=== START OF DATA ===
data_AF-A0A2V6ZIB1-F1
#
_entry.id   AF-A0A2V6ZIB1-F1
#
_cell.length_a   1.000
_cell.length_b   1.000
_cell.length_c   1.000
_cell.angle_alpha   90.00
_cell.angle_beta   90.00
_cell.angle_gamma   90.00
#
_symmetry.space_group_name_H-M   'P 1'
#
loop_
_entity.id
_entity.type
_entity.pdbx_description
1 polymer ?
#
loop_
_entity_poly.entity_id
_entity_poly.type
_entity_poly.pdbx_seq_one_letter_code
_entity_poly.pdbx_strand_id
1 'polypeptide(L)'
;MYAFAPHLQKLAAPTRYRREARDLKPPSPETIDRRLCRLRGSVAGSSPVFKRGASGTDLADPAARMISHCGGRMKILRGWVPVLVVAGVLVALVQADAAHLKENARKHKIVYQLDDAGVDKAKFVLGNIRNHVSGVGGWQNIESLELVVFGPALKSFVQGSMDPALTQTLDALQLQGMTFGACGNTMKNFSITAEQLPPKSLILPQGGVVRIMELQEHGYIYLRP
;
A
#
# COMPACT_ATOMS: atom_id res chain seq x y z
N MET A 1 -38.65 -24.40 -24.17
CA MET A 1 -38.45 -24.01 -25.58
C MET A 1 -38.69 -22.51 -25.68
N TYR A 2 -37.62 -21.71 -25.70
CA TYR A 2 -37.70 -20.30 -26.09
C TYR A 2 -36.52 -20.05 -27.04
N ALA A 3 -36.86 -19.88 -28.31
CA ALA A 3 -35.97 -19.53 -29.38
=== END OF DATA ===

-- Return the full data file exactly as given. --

data_AF-A0A2V6ZIB1-F1
#
_entry.id   AF-A0A2V6ZIB1-F1
#
_cell.length_a   1.000
_cell.length_b   1.000
_cell.length_c   1.000
_cell.angle_alpha   90.00
_cell.angle_beta   90.00
_cell.angle_gamma   90.00
#
_symmetry.space_group_name_H-M   'P 1'
#
loop_
_entity.id
_entity.type
_entity.pdbx_description
1 polymer ?
#
loop_
_entity_poly.entity_id
_entity_poly.type
_entity_poly.pdbx_seq_one_letter_code
_entity_poly.pdbx_strand_id
1 'polypeptide(L)'
;MYAFAPHLQKLAAPTRYRREARDLKPPSPETIDRRLCRLRGSVAGSSPVFKRGASGTDLADPAARMISHCGGRMKILRGWVPVLVVAGVLVALVQADAAHLKENARKHKIVYQLDDAGVDKAKFVLGNIRNHVSGVGGWQNIESLELVVFGPALKSFVQGSMDPALTQTLDALQLQGMTFGACGNTMKNFSITAEQLPPKSLILPQGGVVRIMELQEHGYIYLRP
;
A
#
# COMPACT_ATOMS: atom_id res chain seq x y z
N MET A 1 -38.65 -24.40 -24.17
CA MET A 1 -38.45 -24.01 -25.58
C MET A 1 -38.69 -22.51 -25.68
N TYR A 2 -37.62 -21.71 -25.70
CA TYR A 2 -37.70 -20.30 -26.09
C TYR A 2 -36.52 -20.05 -27.04
N ALA A 3 -36.86 -19.88 -28.31
CA ALA A 3 -35.97 -19.53 -29.38